Provision of study materials or patients: M.F. Bakker, J.W.G. Jacobs, J. Tekstra, E. Ton, M.A.W. Geurts, J.H. van der Werf, G.A. van Albada-Kuipers, Z.N. Jahangier-de Veen, M.J. van der Veen, J.W.J. Bijlsma.
Statistical expertise: M.F. Bakker, J.W.G. Jacobs, P.M.J. Welsing.
Obtaining of funding: J.W.J. Bijlsma.
Administrative, technical, or logistic support: M.F. Bakker, J.W.G. Jacobs, S.M.M. Verstappen, E. Ton, Z.N. Jahangier-de Veen, F.P.J.G. Lafeber, J.W.J. Bijlsma.
Collection and assembly of data: M.F. Bakker, J.W.G. Jacobs, Z.N. Jahangier-de Veen, M.J. van der Veen, C.M. Verhoef, J.W.J. Bijlsma.
Bakker MF, Jacobs JW, Welsing PM, Verstappen SM, Tekstra J, Ton E, et al. Low-Dose Prednisone Inclusion in a Methotrexate-Based, Tight Control Strategy for Early Rheumatoid Arthritis: A Randomized Trial. Ann Intern Med. 2012;156:329-339. doi: 10.7326/0003-4819-156-5-201203060-00004
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Published: Ann Intern Med. 2012;156(5):329-339.
Treatment strategies for tight control of early rheumatoid arthritis (RA) are highly effective but can be improved.
To investigate whether adding prednisone, 10 mg/d, at the start of a methotrexate (MTX)–based treatment strategy for tight control in early RA increases its effectiveness.
A 2-year, prospective, randomized, placebo-controlled, double-blind, multicenter trial (CAMERA-II [Computer Assisted Management in Early Rheumatoid Arthritis trial-II]). (International Standard Randomised Controlled Trial Number: ISRCTN 70365169)
7 hospitals in the Netherlands.
236 patients with early RA (duration <1 year).
Patients were randomly assigned to an MTX-based, tight control strategy starting with either MTX and prednisone or MTX and placebo. Methotrexate treatment was tailored to the individual patient at monthly visits on the basis of predefined response criteria aiming for remission.
The primary outcome was radiographic erosive joint damage after 2 years. Secondary outcomes included response criteria, remission, and the need to add cyclosporine or a biologic agent to the treatment.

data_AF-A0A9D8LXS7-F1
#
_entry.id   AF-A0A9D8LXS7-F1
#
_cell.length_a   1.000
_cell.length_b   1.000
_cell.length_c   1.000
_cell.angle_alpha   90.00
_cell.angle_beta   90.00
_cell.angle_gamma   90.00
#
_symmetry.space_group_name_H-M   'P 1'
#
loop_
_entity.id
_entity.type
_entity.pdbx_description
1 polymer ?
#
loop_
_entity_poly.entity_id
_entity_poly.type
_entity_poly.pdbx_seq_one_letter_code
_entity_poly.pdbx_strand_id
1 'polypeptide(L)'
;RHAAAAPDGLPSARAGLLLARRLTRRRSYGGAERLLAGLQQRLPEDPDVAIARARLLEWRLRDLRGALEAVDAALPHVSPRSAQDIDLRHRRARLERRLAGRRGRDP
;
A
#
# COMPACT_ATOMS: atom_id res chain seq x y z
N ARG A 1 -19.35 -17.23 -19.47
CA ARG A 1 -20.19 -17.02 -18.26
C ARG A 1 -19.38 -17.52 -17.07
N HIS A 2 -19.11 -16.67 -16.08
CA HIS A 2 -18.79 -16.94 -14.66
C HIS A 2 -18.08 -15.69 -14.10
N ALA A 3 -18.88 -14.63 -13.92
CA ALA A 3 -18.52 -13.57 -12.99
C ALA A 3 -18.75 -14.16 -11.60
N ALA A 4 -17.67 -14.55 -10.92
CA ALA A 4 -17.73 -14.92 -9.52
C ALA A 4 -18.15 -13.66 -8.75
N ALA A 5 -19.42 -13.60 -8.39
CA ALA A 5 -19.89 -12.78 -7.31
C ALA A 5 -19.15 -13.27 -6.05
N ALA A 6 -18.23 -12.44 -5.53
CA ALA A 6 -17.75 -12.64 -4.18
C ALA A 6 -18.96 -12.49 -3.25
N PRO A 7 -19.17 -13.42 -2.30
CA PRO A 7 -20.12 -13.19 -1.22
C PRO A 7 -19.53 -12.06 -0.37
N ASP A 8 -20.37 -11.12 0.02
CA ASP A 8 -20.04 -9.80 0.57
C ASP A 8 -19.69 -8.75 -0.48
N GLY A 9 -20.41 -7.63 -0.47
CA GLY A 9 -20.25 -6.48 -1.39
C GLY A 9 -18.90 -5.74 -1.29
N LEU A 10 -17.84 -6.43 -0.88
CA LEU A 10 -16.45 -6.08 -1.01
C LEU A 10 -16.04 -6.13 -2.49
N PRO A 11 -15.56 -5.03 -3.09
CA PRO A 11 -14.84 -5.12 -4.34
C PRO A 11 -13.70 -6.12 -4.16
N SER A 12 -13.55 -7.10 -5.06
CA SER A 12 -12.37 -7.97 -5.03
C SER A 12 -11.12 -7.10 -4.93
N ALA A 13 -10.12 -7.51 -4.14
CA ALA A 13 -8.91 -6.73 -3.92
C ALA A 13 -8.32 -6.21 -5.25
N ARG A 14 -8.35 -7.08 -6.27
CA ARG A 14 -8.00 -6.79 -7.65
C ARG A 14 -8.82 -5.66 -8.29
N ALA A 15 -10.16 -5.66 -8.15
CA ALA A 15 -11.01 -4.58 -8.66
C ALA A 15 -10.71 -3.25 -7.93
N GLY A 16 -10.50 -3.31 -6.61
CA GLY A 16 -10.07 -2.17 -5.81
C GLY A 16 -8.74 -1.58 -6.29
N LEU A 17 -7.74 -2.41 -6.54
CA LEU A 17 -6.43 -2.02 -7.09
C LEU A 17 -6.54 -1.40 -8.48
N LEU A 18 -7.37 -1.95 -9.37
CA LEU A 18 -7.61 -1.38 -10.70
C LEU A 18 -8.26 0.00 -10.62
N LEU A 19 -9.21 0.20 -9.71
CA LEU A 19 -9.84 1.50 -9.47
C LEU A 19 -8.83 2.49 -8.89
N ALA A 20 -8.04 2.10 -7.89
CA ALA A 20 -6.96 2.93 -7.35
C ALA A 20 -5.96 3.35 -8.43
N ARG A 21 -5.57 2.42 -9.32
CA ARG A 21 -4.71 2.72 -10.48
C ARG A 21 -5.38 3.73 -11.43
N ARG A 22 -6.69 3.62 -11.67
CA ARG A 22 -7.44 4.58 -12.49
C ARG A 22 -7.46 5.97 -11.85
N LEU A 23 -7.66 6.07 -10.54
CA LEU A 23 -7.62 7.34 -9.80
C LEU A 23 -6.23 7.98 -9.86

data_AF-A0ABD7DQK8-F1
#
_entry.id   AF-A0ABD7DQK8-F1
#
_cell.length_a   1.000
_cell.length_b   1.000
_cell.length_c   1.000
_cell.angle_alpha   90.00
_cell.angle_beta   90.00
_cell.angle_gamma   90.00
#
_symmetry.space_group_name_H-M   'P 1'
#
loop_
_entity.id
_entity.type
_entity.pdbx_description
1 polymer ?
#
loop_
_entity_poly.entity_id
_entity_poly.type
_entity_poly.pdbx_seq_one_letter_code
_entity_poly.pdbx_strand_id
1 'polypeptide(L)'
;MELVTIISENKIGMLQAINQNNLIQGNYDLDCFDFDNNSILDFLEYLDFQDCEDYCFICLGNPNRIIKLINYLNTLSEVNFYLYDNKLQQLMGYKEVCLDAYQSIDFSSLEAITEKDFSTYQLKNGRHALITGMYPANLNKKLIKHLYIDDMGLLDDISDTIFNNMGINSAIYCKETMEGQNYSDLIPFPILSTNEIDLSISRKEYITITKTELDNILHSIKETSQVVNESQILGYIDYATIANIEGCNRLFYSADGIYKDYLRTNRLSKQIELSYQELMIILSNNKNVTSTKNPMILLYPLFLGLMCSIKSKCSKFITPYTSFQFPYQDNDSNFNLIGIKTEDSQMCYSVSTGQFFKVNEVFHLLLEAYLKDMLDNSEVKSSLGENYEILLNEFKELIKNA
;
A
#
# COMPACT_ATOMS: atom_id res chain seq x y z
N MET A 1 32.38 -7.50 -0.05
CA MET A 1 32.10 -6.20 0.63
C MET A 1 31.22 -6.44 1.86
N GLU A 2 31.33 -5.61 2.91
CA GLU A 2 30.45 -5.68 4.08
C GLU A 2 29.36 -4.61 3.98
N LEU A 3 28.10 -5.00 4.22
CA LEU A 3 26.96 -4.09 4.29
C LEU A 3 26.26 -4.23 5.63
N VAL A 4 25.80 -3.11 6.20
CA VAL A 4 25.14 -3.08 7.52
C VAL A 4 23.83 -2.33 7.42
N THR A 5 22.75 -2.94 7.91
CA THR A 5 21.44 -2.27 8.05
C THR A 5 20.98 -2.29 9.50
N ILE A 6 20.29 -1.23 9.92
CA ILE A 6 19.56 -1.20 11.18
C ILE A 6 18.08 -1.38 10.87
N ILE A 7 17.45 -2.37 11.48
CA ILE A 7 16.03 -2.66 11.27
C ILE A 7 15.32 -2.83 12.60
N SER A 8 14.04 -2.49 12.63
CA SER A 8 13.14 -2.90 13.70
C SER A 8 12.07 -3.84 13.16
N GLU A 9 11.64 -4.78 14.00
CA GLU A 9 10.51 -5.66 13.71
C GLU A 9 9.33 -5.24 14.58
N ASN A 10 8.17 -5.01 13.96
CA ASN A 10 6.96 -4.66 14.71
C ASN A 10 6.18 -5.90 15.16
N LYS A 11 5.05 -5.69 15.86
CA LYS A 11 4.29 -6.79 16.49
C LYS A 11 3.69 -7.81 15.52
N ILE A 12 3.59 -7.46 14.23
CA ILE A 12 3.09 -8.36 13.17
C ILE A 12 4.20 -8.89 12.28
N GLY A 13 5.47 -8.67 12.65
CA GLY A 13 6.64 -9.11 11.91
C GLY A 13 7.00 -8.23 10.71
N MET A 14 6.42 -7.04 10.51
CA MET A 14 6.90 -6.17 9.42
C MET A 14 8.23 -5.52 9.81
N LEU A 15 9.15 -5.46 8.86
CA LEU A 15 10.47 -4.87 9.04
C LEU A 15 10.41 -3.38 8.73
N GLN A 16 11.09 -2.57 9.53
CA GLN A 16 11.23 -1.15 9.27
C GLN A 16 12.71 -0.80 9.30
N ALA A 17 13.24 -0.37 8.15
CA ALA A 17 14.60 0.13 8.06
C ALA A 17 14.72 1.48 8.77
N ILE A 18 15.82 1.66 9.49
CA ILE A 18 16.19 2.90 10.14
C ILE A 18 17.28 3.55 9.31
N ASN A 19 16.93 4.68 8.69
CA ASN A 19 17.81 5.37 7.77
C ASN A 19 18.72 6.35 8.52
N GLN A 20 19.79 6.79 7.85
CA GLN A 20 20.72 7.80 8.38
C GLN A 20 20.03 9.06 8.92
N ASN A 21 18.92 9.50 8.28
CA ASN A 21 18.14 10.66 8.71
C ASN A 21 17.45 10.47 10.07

Erosive joint damage after 2 years was limited and less in the group receiving MTX and prednisone (n = 117) than in the group receiving MTX and placebo (n = 119). The MTX and prednisone strategy was also more effective in reducing disease activity and physical disability, achieving sustained remission, and avoiding the addition of cyclosporine or biologic treatment. Adverse events were similar in both groups, but some occurred less in the MTX and prednisone group.
A tight control strategy for RA implies monthly visits to an outpatient clinic, which is not always feasible.
Inclusion of low-dose prednisone in an MTX-based treatment strategy for tight control in early RA improves patient outcomes.
When methotrexate (MTX) is used as initial therapy for rheumatoid arthritis (RA), additional disease-modifying antirheumatic drugs (DMARDs) must frequently be added to achieve optimal outcomes.
Patients with RA were randomly assigned to receive MTX plus low-dose prednisone or MTX plus placebo. Response was measured frequently, and, if inadequate, another DMARD was added. Patients who received MTX plus prednisone had less erosive joint damage and were more likely to achieve remission and less likely to require additional DMARDS than those who began treatment with MTX plus placebo.
The trial was not powered to compare adverse effects, including infection.
Initial treatment for RA with low-dose prednisone plus MTX may result in improved outcomes.